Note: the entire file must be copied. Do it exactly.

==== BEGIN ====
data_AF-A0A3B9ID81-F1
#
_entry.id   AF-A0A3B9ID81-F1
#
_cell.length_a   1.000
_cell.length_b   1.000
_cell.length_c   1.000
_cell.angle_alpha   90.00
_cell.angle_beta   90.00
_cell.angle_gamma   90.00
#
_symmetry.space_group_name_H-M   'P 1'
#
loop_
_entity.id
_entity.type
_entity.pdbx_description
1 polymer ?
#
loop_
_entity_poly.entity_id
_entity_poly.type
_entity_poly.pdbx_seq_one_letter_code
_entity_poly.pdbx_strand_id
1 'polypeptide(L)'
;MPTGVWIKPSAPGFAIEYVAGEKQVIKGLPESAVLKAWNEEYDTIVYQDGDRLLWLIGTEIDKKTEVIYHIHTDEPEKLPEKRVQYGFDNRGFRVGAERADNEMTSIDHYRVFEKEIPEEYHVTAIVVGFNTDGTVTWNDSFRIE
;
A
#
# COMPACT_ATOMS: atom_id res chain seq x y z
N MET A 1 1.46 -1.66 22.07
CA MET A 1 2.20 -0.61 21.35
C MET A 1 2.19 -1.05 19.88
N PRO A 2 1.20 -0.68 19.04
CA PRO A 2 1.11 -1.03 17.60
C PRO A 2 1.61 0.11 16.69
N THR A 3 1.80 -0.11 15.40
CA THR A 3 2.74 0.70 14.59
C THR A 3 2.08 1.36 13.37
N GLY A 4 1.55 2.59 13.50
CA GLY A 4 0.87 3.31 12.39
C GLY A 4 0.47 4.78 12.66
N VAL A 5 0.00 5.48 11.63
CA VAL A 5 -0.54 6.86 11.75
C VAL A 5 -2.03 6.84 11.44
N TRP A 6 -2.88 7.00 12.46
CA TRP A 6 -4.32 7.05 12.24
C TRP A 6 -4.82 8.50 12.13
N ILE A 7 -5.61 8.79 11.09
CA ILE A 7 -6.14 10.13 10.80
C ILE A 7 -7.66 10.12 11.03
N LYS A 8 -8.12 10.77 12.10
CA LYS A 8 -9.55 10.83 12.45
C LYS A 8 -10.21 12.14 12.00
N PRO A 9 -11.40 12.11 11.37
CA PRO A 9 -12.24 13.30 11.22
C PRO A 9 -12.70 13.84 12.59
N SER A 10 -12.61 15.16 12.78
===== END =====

data_AF-A0A3B9ID81-F1
#
_entry.id   AF-A0A3B9ID81-F1
#
_cell.length_a   1.000
_cell.length_b   1.000
_cell.length_c   1.000
_cell.angle_alpha   90.00
_cell.angle_beta   90.00
_cell.angle_gamma   90.00
#
_symmetry.space_group_name_H-M   'P 1'
#
loop_
_entity.id
_entity.type
_entity.pdbx_description
1 polymer ?
#
loop_
_entity_poly.entity_id
_entity_poly.type
_entity_poly.pdbx_seq_one_letter_code
_entity_poly.pdbx_strand_id
1 'polypeptide(L)'
;MPTGVWIKPSAPGFAIEYVAGEKQVIKGLPESAVLKAWNEEYDTIVYQDGDRLLWLIGTEIDKKTEVIYHIHTDEPEKLPEKRVQYGFDNRGFRVGAERADNEMTSIDHYRVFEKEIPEEYHVTAIVVGFNTDGTVTWNDSFRIE
;
A
#
# COMPACT_ATOMS: atom_id res chain seq x y z
N MET A 1 1.46 -1.66 22.07
CA MET A 1 2.20 -0.61 21.35
C MET A 1 2.19 -1.05 19.88
N PRO A 2 1.20 -0.68 19.04
CA PRO A 2 1.11 -1.03 17.60
C PRO A 2 1.61 0.11 16.69
N THR A 3 1.80 -0.11 15.40
CA THR A 3 2.74 0.70 14.59
C THR A 3 2.08 1.36 13.37
N GLY A 4 1.55 2.59 13.50
CA GLY A 4 0.87 3.31 12.39
C GLY A 4 0.47 4.78 12.66
N VAL A 5 0.00 5.48 11.63
CA VAL A 5 -0.54 6.86 11.75
C VAL A 5 -2.03 6.84 11.44
N TRP A 6 -2.88 7.00 12.46
CA TRP A 6 -4.32 7.05 12.24
C TRP A 6 -4.82 8.50 12.13
N ILE A 7 -5.61 8.79 11.09
CA ILE A 7 -6.14 10.13 10.80
C ILE A 7 -7.66 10.12 11.03
N LYS A 8 -8.12 10.77 12.10
CA LYS A 8 -9.55 10.83 12.45
C LYS A 8 -10.21 12.14 12.00
N PRO A 9 -11.40 12.11 11.37
CA PRO A 9 -12.24 13.30 11.22
C PRO A 9 -12.70 13.84 12.59
N SER A 10 -12.61 15.16 12.78